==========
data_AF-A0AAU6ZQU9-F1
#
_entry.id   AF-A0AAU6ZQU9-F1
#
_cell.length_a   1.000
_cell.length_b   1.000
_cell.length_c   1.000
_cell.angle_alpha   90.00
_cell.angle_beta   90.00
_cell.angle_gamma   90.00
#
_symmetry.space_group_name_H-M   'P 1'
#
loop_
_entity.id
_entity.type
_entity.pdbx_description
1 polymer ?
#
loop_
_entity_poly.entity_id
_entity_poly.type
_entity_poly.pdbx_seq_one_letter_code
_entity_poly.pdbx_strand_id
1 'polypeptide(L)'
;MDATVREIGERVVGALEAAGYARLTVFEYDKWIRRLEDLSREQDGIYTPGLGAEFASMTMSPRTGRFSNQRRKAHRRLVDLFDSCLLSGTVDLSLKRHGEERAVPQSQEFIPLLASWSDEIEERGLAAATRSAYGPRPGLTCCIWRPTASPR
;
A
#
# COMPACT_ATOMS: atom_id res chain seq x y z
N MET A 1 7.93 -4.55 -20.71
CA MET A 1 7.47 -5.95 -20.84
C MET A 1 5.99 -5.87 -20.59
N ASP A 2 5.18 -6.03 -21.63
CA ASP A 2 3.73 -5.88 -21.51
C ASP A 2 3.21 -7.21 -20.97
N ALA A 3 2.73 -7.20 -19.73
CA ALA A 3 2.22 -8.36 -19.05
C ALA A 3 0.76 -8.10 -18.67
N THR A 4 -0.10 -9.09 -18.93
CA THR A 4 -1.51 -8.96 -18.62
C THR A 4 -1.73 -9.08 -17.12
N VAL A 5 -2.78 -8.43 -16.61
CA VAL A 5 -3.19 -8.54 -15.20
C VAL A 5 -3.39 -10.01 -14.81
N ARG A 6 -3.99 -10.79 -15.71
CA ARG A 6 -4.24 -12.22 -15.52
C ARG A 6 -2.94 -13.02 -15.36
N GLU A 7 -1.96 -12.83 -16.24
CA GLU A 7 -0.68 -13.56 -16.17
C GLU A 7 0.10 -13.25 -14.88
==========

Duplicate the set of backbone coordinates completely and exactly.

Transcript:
data_AF-A0AAU6ZQU9-F1
#
_entry.id   AF-A0AAU6ZQU9-F1
#
_cell.length_a   1.000
_cell.length_b   1.000
_cell.length_c   1.000
_cell.angle_alpha   90.00
_cell.angle_beta   90.00
_cell.angle_gamma   90.00
#
_symmetry.space_group_name_H-M   'P 1'
#
loop_
_entity.id
_entity.type
_entity.pdbx_description
1 polymer ?
#
loop_
_entity_poly.entity_id
_entity_poly.type
_entity_poly.pdbx_seq_one_letter_code
_entity_poly.pdbx_strand_id
1 'polypeptide(L)'
;MDATVREIGERVVGALEAAGYARLTVFEYDKWIRRLEDLSREQDGIYTPGLGAEFASMTMSPRTGRFSNQRRKAHRRLVDLFDSCLLSGTVDLSLKRHGEERAVPQSQEFIPLLASWSDEIEERGLAAATRSAYGPRPGLTCCIWRPTASPR
;
A
#
# COMPACT_ATOMS: atom_id res chain seq x y z
N MET A 1 7.93 -4.55 -20.71
CA MET A 1 7.47 -5.95 -20.84
C MET A 1 5.99 -5.87 -20.59
N ASP A 2 5.18 -6.03 -21.63
CA ASP A 2 3.73 -5.88 -21.51
C ASP A 2 3.21 -7.21 -20.97
N ALA A 3 2.73 -7.20 -19.73
CA ALA A 3 2.22 -8.36 -19.05
C ALA A 3 0.76 -8.10 -18.67
N THR A 4 -0.10 -9.09 -18.93
CA THR A 4 -1.51 -8.96 -18.62
C THR A 4 -1.73 -9.08 -17.12
N VAL A 5 -2.78 -8.43 -16.61
CA VAL A 5 -3.19 -8.54 -15.20
C VAL A 5 -3.39 -10.01 -14.81
N ARG A 6 -3.99 -10.79 -15.71
CA ARG A 6 -4.24 -12.22 -15.52
C ARG A 6 -2.94 -13.02 -15.36
N GLU A 7 -1.96 -12.83 -16.24
CA GLU A 7 -0.68 -13.56 -16.17
C GLU A 7 0.10 -13.25 -14.88